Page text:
MIAMI (CBSMiami) – Post COVID-19, people have been experiencing long-term effects – one of those being hair loss.
Mindi Birkenholz experienced a terrible case of COVID, quarantined for months after returning from a cruise.
READ MORE: South Florida family knows firsthand effects of nationwide baby formula shortage
She says she was pulling out chunks of her hair in her hands, unaware if it would ever come back.
“I didn’t care, I’d go through anything that would bring back my hair,” said Birkenholz.
A traumatic COVID experience turned worse for Birkenholz. The moment she thought she was on the brink of recovery she realized she was losing her hair.
“I was very weak, very tired, and I continued to rest for another month and in those two months my hair was coming out in clumps,” said Birkenholz.
Dr. Aron Nusbaum is a dermatologist at the Miami Hair Institute.
“The hair shedding that you would see after a COVID infection would be the same type of hair loss that you would see after any type of severe illness, emotional stress, hormonal imbalances, post-partum, due to certain medications, or a vitamin and mineral deficiency,” said Dr. Nusbaum. “So COVID related hair loss is simply another form of what we call T.E.”
Birkenholz was losing clumps of hair in the shower.
“Before, maybe a few hairs would come out or it wouldn’t even be noticeable. It would go down the drain this was literally sitting there on the bottom of my shower,” said Birkenholz.
Her whole life, she had a ton of hair. And it was long, down to her lower back.
“I thought I was going to go get a wig. Like, I told my husband I’m going to buy a wig, and then I said I was going to do a hair transplant,” said Birkenholz.
READ MORE: Psychologist shares how to talk to your child about Texas school shooting
That’s when she saw Dr. Nusbaum and he treated her with a platelet-rich plasma or PRP injection. Hair transplant was not needed for her case since it was not permanent.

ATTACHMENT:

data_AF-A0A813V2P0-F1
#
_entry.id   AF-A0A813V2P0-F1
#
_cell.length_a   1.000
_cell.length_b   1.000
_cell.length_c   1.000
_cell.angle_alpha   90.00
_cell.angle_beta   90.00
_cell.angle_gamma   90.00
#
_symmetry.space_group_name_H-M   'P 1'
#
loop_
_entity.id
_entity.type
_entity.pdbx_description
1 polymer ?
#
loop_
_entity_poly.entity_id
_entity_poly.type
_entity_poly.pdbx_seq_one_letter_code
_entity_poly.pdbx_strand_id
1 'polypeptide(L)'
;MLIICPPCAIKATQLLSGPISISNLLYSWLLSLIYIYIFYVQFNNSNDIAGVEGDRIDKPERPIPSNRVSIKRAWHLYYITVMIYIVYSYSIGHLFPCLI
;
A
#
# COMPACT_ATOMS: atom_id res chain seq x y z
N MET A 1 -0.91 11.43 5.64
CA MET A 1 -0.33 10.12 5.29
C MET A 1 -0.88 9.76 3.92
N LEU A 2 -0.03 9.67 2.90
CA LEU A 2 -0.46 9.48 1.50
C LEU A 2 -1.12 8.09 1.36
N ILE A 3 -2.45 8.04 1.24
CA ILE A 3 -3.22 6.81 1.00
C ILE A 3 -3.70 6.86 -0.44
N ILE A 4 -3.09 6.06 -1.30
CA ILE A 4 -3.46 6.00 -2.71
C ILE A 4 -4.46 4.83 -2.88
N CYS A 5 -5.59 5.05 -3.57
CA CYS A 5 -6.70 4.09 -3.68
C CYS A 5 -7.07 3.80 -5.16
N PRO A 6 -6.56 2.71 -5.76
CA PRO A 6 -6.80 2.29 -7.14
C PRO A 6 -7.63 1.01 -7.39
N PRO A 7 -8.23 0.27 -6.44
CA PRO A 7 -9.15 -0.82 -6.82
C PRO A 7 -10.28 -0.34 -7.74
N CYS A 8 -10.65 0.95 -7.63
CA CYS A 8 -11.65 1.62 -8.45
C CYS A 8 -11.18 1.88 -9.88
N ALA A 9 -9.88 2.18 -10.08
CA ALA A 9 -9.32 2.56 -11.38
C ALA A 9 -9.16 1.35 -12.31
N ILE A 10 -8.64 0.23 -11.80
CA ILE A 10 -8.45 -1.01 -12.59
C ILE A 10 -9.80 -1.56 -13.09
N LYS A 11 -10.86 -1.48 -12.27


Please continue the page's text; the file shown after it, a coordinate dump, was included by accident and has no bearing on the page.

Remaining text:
“We have over 90% of patients that do PRP at the very least will notice a decrease rate of shedding. If someone is having temporary hair shedding and it’s treated with PRP, they may not have to repeat it. But when you’re having permanent forms of hair loss, not like what is seen in COVID, they will have to upkeep the treatments for it to be effective,” said Dr. Nusbaum.
Normally, you shed 50 to 100 hairs a day, which sounds like a lot but nothing to be concerned about.
Birkenholz says she was shedding double that, daily.
“I brought a little Ziplock bag of all my hair and I said this isn’t normal shedding and he said no it’s not,” said Birkenholz.
It’s been months since her PRP treatment, and she will be back for another one later in the summer.
She says most of her hair in the spots she was concerned about has come back but she still has a long road to go.
“I can start to feel more density right by my scalp, so I think the things are working. I look at myself and I say nobody knows what I went through nobody knows that my hair was thinning out or I was losing it so I’m going to be grateful that I’ve gotten back to this point but it’s still not where it was,” said Birkenholz.
Dr. Nusbaum said this is the same hair loss you can get from a bad sickness, postpartum, or a stressful emotional situation.
The thing to keep in mind is that it is temporary and will come back with time, and not every patient that has cover will experience hair loss.
MORE NEWS: New FBI report finds active shooter attacks on the rise
But if you do, it’s best to reach out to your doctor before undergoing any forms of treatment.